KGB Cabbage Soup
I could never be a spy, but how lovely to think that I can cook like one!
Cabbage soup or “Shchi” has unfortunate associations: scant and watery prison fare, bland and tasteless staple of the Soviet tourist hotels, or just something you cobble together when you want to slim down quickly. It doesn’t have to be like that.
“I’ve always suspected you were a spy,”
My friend Max once said that after a spoonful of my Cabbage Soup. “And this confirms it — you’re working for us aren’t you?” He tapped the fingers of his right hand on imaginary epaulets on his left shoulder, a gesture in Russia, which denotes association with Russia’s infamous Secret Service.
“You’ve been binge watching too many episodes of The Americans,” I protested, trying to appear both modest and enigmatic. I felt absurdly proud of myself as Max slurped up his large bowl of soup, and silently held his plate out for seconds.
It doesn’t get much better in the food business than this: I could never be a spy, but it’s nice to think I can cook like one.
Cabbage soup or “Shchi” in Russian, is a notoriously tough culinary nut to crack. Readers of the more angst-ridden vein of Russian literature recognize it as a permanent fixture on prison or gulag menus. Tourists to the Soviet Union in the 1970s noted that it made a depressingly frequent appearance at bland and tasteless Intourist lunches. In the decadent and godless West, cabbage soup resorted to by ladies-who-don’t-lunch as a last ditch effort to drop a dress size. With inspiration like this, is it any wonder Shchi has got itself a bum rap outside of Eastern Europe?
Shchi is one of the cornerstones of Russian cuisine, as testified to by a challenging tongue twister students of Russian language are taught to learn the subtle differences between the sibilants: “Shchi da Kasha, Pisha Nasha,” it runs, meaning “cabbage soup and buckwheat kasha are our only foods.”
The “Pisha Nasha” Diet
Today marks the end of the triple whammy of Catholic Christmas, Soviet New Year, and Russian Christmas. Thank God. I’m more than ready to go on the “Pisha Nasha” diet for a while. Old New Year is firmly behind us, so it’s time to bin the dying Christmas Tree and purge the fridge of all the decadent holiday fare.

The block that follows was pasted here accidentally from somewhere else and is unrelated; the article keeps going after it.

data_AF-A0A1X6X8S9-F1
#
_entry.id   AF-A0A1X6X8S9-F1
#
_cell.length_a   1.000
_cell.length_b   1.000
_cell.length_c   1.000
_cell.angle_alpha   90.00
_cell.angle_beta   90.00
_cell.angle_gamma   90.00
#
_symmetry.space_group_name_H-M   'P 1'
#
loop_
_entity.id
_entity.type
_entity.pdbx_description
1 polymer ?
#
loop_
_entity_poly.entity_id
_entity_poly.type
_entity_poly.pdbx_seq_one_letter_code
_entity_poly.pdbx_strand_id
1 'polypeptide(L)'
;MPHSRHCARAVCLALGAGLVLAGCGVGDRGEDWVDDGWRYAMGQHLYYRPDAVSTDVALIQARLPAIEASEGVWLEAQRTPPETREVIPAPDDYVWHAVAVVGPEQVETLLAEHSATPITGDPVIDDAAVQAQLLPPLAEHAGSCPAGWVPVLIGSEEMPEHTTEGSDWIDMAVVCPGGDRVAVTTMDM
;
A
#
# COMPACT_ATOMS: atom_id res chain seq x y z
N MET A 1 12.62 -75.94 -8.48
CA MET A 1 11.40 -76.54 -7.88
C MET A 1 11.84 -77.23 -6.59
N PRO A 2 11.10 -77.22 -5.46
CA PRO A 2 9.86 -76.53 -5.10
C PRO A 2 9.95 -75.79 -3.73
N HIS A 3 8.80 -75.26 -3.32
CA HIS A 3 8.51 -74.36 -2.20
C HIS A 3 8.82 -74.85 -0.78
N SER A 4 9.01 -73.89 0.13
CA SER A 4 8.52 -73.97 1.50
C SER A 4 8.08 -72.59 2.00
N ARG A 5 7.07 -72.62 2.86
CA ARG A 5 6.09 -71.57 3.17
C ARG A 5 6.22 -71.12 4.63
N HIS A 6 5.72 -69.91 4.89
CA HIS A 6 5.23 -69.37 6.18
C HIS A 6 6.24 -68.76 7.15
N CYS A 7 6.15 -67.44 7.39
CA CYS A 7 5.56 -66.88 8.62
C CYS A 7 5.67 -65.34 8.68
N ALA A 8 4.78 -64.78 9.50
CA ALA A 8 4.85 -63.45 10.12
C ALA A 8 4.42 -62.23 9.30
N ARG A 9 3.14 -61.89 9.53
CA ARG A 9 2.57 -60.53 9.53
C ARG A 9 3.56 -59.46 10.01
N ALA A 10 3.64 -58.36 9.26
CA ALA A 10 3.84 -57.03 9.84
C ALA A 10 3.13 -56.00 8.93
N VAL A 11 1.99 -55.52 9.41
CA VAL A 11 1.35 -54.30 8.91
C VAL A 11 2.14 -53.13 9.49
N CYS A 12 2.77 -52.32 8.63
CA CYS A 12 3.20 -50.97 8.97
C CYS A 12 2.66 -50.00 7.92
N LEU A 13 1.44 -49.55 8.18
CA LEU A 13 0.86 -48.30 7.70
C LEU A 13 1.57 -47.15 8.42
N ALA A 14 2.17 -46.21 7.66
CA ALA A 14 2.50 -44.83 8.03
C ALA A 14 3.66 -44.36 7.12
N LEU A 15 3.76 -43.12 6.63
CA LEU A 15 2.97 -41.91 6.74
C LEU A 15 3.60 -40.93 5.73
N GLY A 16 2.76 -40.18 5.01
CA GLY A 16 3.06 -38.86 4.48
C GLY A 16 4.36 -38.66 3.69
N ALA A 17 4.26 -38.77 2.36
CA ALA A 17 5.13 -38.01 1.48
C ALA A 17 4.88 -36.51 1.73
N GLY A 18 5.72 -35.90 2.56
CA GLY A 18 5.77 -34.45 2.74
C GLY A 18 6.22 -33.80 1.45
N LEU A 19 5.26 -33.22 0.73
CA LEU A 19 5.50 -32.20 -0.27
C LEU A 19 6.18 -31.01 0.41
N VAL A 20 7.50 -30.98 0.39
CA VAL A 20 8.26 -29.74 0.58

I pulled out all of the stock bags from the freezer, filled with the remains of holiday joints and roasts, tops and tails of vegetables, cheese rinds and other kitchen remains to simmer on the stove while I crank up the oven to its highest roasting setting. It’s Shchi Time!
Done right, Shchi is neither watery, nor tasteless, but a delightfully hearty soup, bursting with dominant umami flavors of cooked root vegetables spiked with a tang of fermentation. Thick and filling, Shchi can beat back the coldest, rawest days January can serve up.
The state secret of Shchi lies in the preparation.
Like all peasant soups, Shchi was cooked “low and slow” on a “pechka” or stone stove which stood at the heart of all peasant dwellings. During the autumn and winter, the fire in the pechka burned continuously, emitting a steady heat, ideal for simmering pots of soup, grains, and stews. The best way to imitate this method is in a slow cooker or a cast iron Dutch Oven on a low setting.
But the real state secret (said she, tapping her fingers on her shoulder) is to roast the main vegetables — cabbage, carrots, and tomatoes — before adding them to the pot. By doing so, much of the water that is the scourge of Gulag “Soup of the Day” leeches out, leaving a base of nutty, umami cabbage with accents of sweet, caramelized tomatoes and carrots.
KGB Shchi (Cabbage Soup)
Yield: 4-6 servings
1 small head of green cabbage
3 Tbl (45 ml) of chopped fresh parsley
1 ham hock, 1 lb (450 g) of fatty bacon, cubed, or 1 lb. (450 g)of bone-in beef shank
1. Preheat the oven to 400℉ and adjust the oven rack to the middle height. Line a baking sheet with parchment paper.
Recipe Origin: jennifereremeeva.com/food
Although Shchi is marvelous as a vegetarian soup, a smoked ham hock, chunks of thick, streaky bacon, or a bone-in beef shank elevates this soup into a meal. The basic recipe above, like all Russian soups, this should be considered a template upon which you can endlessly riff, substituting and adding ingredients such as potatoes and parsnips, and additional spices as you such as paprika, cumin, savory, and others.
Garnish the finished product with a generous dollop of sour cream or crème fraîche and fresh herbs such as dill and thyme. The best accompaniment to Shchi is thick slices of a good rye or pumpernickel bread and a cold shot of vodka. And, of course, a few episodes of The Americans…